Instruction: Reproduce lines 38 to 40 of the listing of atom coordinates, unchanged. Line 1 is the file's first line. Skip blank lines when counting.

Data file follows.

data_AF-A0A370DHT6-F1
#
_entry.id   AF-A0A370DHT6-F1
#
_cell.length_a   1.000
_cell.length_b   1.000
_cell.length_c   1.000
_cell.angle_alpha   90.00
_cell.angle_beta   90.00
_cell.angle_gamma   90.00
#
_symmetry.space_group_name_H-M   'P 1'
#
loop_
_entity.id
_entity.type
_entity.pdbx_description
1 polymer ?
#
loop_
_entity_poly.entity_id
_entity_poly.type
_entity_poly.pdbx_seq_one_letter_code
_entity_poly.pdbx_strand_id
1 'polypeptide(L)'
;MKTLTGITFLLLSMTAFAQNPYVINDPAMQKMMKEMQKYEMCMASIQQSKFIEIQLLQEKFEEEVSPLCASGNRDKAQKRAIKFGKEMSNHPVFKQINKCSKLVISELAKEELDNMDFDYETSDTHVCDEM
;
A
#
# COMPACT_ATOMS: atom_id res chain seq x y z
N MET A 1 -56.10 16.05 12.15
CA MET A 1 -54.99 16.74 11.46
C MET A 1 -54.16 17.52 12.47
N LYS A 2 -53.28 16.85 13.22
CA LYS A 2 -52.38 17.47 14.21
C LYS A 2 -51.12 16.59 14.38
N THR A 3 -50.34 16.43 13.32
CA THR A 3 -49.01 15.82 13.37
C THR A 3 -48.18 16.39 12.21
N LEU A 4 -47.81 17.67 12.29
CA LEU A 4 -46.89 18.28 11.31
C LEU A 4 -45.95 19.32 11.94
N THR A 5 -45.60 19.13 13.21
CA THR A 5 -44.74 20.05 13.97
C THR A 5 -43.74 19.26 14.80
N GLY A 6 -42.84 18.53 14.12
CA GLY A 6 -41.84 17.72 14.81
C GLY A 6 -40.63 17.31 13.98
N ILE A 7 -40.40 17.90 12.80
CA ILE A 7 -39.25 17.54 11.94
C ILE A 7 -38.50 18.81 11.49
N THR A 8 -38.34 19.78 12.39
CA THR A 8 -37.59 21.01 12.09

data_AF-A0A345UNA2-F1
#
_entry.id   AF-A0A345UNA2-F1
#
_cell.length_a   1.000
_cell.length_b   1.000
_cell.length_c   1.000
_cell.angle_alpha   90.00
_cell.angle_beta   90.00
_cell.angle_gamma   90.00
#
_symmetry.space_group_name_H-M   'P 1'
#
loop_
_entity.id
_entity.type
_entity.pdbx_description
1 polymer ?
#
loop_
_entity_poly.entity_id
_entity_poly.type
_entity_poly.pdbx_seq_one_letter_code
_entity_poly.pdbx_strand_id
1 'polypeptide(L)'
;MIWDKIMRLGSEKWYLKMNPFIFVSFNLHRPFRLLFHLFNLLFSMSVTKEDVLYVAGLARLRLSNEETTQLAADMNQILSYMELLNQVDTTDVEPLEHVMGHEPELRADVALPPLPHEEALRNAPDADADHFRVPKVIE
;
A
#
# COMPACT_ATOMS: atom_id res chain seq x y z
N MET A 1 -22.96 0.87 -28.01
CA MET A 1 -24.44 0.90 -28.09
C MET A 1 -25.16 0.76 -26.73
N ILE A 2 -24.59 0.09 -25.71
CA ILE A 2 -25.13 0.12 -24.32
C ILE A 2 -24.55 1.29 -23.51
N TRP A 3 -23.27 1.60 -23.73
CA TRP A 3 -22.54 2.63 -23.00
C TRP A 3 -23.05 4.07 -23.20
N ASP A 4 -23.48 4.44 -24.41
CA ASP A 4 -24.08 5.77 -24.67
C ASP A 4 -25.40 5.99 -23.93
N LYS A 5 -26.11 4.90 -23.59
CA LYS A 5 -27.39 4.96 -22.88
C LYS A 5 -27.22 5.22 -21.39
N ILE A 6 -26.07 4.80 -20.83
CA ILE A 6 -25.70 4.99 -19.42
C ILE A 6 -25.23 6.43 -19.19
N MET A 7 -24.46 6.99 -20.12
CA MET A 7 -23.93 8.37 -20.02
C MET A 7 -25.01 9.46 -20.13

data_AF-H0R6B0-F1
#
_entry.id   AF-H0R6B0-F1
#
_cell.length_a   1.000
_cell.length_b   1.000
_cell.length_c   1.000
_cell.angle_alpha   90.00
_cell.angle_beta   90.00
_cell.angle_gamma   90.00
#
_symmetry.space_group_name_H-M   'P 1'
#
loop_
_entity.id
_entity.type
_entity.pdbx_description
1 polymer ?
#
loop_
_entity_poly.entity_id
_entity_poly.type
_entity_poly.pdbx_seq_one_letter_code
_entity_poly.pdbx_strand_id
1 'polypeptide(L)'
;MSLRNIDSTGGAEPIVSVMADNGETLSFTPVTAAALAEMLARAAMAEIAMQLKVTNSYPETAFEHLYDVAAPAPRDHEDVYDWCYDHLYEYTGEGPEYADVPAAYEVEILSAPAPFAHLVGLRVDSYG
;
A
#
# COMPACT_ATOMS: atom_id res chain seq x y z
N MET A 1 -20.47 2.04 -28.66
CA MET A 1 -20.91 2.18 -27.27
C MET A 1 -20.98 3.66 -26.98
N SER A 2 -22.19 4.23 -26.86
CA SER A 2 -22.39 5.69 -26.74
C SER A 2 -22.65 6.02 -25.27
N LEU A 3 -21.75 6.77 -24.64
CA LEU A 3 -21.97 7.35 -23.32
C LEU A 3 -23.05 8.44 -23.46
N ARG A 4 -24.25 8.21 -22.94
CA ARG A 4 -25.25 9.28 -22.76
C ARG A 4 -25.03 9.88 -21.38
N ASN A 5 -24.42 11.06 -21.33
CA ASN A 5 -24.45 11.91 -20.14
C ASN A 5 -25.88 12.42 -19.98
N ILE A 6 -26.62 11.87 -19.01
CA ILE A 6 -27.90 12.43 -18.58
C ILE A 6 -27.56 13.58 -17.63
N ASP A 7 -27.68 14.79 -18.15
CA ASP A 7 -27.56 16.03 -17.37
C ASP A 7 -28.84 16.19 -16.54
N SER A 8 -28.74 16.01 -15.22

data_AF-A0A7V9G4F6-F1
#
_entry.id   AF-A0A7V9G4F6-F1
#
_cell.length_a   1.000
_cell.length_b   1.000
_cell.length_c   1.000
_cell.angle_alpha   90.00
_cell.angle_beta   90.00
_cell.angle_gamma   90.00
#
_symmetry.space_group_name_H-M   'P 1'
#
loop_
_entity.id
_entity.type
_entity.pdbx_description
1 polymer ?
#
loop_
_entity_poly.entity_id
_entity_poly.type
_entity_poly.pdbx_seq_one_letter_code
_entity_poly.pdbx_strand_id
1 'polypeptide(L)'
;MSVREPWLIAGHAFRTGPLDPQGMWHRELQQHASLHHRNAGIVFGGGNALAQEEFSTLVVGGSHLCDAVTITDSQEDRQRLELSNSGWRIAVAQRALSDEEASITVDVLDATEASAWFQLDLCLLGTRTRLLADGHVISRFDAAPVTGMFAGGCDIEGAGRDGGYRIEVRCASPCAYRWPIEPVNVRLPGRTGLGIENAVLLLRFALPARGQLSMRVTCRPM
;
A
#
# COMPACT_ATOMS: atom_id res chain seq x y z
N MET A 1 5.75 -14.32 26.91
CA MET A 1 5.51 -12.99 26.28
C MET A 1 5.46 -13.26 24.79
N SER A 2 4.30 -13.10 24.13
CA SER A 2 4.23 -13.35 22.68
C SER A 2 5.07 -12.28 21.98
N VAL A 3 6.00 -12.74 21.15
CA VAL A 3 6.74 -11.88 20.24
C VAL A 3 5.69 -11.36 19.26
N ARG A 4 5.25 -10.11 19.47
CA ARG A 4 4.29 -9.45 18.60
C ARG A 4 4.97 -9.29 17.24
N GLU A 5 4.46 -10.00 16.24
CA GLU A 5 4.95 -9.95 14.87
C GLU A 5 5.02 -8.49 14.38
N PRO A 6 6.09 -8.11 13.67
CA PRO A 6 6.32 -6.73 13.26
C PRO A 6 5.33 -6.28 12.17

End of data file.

CA THR A 3 -49.01 15.82 13.37
C THR A 3 -48.18 16.39 12.21
N LEU A 4 -47.81 17.67 12.29